Maguni’s Bullock Cart by Godavarish Mohapatra

In Maguni’s Bullock Cart by Godavarish Mohapatra we have the theme of loss, struggle, progress, loyalty and fear. Narrated in the third person by an unnamed narrator the reader realises from the beginning of the story that Mohapatra may be exploring the theme of loss. Maguni has died and those in the town who knew him, which is almost everyone, are mourning his passing. It is as though a part of the town’s history has died such is Maguni’s popularity. It may also be significant that Maguni struggled over the last year of his life. With the arrival of the bus Maguni lost not only trade but his life too. Nobody wanted to travel in his cart when the motorized bus arrived. Which may leave some readers to suggest that progress contributed to Maguni’s death. He could not compete with a motorized bus nor did anyone really want to continue travelling by cart as it was uncomfortable. Progress had arrived in the town and people were happy. With the exception of Maguni.

How much Maguni struggled is noticeable by his intake of food. Due to having no money Maguni resorted to eating every second day or every few days. Which of course is unhealthy but there is nothing that Maguni could have done. He was not a wealthy man who could trade in his bullocks for a motorized car and drive people around the town. The bus inevitably broke Maguni. It may also be significant that Maguni is such an easy character to like. This helps Mohapatra in a way that he is able to engage the reader emotionally.  If anything the reader feels attached to Maguni and is committed to hoping that things work out for Maguni. Though inevitably they don’t and Maguni dies due to malnutrition. A sad and avoidable death for any person in this day and age.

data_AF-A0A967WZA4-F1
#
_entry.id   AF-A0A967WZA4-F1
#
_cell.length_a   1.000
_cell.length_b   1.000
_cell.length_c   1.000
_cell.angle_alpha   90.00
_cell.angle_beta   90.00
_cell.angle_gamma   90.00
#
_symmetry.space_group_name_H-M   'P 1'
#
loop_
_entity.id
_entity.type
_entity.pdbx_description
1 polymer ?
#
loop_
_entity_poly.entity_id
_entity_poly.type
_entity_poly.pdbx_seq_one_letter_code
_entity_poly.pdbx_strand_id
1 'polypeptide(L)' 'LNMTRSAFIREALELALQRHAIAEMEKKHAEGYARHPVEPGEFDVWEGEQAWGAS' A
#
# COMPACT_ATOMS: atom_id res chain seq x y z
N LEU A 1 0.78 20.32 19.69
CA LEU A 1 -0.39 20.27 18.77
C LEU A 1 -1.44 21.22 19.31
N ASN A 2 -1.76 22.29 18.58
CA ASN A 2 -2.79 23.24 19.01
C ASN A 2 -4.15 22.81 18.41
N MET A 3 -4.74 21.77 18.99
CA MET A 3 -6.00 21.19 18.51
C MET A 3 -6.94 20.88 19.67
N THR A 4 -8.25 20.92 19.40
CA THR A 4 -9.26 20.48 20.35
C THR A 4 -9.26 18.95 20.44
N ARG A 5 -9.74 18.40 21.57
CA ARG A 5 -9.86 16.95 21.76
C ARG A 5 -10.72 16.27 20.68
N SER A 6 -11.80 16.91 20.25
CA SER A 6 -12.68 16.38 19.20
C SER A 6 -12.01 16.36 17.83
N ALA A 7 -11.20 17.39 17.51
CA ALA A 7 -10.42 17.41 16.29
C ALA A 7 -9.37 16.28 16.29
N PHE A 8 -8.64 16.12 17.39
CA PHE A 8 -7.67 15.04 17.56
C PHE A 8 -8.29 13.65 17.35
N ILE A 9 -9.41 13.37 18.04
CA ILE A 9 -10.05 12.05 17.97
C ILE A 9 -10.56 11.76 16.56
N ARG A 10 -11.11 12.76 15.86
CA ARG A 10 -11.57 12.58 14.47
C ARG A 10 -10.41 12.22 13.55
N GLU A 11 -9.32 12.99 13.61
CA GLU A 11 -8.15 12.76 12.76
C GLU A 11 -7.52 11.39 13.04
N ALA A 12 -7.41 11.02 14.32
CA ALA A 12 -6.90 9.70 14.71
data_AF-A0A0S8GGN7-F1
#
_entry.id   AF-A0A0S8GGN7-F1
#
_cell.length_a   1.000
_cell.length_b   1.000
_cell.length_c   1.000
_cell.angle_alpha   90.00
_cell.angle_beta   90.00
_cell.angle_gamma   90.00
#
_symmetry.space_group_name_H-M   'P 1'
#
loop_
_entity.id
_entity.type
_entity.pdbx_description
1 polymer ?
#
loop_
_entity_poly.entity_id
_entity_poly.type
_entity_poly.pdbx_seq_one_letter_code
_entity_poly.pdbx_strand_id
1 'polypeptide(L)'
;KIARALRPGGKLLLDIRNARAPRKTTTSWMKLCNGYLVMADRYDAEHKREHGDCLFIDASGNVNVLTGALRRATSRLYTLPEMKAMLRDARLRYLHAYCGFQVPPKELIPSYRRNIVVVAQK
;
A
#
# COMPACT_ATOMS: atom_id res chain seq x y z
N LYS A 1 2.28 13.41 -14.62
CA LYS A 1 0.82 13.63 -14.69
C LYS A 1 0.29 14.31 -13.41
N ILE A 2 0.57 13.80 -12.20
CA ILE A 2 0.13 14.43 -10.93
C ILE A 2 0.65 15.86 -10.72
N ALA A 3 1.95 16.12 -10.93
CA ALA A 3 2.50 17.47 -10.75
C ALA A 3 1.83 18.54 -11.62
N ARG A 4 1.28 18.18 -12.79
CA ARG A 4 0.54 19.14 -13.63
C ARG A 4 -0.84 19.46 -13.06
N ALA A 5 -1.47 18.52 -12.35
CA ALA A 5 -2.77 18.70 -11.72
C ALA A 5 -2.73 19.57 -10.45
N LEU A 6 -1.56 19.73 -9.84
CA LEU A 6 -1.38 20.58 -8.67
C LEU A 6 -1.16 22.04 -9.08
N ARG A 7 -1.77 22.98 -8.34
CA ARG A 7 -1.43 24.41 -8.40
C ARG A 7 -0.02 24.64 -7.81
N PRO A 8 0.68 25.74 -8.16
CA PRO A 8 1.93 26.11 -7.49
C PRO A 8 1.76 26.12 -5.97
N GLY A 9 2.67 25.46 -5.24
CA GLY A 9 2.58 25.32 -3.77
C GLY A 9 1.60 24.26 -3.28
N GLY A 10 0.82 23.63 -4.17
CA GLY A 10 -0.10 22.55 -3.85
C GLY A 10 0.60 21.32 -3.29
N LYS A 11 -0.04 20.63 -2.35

There is also a sense that Maguni at the beginning of the bus’ arrival does not understand just how much of a threat the bus is to his livelihood. He in many ways may laugh it off but when the reality sets in and he loses all his customers. Fear sets in and Maguni begins to starve himself because he can’t afford food. His death is one that comes quickly and is directly linked to the motorized bus. It is also interesting that none of Maguni’s customers felt loyal to him, preferring instead to travel in comfort and by bus. It is this lack of loyalty which is the nail in Maguni’s coffin. If his regular customers refuse to travel with him. What chance does he have when it comes to others travelling by cart. Maguni has symbolically hit a brick wall and it has stunned him suddenly. He is not prepared for the arrival of the bus and in reality is no competition to the bus either. There is no hope for Maguni and his cart. He is out of business and unless he buys himself a car, which he can’t afford, he will have no income at all. Such is the mannerisms of progress very few people consider what might happen to those who use more traditional methods when it comes to earning an income.

The end of the story is also interesting as despite the fact that everyone mourns Maguni’s passing. Nobody can see that they may have helped contribute to Maguni’s death by not showing him any loyalty. If some of the customers had forgone the bus and traveled by cart. Maguni would have the money to feed himself and as a result he would not have died. Though unfortunately this is not how others see the situation. The reader suspecting that though the town mourns Maguni’s death. He will like most traditions be soon forgotten. Such is the reaction that people have when it comes to progress. Progress drives people forward, or at least it should, and Maguni is not part of the progress that is happening in Khalikote. He is to be lost in the past and in time. Perhaps in years to come people will further remember him and talk of what he was like. However a newer more mobile generation may not necessarily be interested in Maguni or his cart.

Cite Post
McManus, Dermot. "Maguni’s Bullock Cart by Godavarish Mohapatra." The Sitting Bee. The Sitting Bee, 22 Aug. 2020. Web.

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